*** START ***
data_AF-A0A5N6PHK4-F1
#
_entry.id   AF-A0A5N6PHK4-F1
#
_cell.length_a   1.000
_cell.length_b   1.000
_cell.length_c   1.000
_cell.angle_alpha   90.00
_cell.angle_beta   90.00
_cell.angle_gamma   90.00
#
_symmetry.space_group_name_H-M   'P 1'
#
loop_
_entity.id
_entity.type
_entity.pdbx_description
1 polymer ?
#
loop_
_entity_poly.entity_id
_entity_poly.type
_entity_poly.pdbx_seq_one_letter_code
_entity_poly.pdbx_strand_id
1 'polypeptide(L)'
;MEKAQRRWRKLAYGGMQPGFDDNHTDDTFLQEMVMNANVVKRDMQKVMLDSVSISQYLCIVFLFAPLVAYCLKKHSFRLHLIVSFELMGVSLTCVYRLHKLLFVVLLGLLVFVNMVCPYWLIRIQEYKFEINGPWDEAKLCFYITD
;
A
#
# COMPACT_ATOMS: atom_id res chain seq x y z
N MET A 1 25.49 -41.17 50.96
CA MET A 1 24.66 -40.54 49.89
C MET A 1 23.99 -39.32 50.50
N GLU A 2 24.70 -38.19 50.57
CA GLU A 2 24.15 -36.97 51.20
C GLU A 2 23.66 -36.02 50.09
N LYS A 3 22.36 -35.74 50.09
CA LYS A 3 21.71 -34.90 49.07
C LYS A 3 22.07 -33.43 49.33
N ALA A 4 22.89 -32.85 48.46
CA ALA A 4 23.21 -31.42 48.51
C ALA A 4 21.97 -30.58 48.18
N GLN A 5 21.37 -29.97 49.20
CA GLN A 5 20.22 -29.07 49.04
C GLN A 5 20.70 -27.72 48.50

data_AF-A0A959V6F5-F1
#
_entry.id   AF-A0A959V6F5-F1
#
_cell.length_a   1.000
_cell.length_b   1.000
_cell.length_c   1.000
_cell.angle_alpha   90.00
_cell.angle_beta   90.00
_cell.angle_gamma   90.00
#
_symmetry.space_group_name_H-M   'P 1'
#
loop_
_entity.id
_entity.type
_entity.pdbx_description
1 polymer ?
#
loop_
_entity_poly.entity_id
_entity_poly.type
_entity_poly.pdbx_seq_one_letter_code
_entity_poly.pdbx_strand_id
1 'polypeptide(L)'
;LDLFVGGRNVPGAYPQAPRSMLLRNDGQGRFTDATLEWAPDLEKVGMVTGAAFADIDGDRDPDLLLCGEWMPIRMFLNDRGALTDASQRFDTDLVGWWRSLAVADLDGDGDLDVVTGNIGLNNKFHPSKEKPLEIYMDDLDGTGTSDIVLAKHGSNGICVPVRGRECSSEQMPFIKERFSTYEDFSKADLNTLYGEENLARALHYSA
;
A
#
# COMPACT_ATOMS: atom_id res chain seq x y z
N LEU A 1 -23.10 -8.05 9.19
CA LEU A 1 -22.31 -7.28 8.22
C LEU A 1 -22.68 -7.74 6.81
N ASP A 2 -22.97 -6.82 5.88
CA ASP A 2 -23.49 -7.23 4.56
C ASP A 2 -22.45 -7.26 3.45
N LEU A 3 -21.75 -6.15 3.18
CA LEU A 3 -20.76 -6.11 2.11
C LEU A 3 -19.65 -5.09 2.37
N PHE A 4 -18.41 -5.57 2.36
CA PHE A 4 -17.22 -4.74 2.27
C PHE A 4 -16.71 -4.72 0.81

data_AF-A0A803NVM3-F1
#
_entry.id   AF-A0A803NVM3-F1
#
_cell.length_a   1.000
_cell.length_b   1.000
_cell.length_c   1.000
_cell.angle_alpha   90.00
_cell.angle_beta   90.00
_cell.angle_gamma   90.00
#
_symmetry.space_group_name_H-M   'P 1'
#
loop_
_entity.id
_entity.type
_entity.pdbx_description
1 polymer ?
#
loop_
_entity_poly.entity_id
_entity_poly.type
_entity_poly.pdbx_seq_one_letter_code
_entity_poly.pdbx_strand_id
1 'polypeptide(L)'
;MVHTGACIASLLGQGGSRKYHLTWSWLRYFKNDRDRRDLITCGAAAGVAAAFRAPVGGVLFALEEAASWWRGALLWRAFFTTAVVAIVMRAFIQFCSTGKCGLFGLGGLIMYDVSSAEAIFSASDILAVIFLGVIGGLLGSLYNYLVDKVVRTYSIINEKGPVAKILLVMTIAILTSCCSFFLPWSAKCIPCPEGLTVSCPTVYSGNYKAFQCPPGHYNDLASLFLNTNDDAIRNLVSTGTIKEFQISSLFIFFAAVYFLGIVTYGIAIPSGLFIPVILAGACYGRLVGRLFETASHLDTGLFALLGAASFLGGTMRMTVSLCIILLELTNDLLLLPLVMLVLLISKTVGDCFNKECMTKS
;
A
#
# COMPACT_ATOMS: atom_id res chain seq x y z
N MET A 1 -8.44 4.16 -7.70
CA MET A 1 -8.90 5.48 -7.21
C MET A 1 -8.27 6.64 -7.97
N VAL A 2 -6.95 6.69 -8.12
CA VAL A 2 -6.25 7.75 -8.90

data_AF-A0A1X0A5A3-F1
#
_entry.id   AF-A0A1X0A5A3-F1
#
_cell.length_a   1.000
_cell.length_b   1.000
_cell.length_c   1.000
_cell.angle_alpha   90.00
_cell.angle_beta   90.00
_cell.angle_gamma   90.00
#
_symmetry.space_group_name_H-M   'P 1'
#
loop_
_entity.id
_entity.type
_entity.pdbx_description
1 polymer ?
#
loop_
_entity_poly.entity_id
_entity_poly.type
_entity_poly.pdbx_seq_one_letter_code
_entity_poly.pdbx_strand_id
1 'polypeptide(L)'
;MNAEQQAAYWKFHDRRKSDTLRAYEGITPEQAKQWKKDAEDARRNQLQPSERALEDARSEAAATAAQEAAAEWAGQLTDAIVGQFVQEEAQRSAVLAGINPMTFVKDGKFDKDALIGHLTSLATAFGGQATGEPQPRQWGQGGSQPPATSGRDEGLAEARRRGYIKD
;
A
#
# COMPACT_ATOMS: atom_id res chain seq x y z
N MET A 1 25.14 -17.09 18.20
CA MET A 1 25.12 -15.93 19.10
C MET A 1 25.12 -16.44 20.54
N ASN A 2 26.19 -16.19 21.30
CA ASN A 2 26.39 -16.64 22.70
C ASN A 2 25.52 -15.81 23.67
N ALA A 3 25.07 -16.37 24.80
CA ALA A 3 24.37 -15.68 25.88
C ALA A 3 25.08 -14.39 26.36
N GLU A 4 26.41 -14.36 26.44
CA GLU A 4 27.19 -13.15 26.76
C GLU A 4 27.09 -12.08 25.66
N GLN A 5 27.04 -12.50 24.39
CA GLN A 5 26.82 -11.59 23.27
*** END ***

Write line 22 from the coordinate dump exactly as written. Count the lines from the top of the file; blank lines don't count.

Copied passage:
_entity_poly.type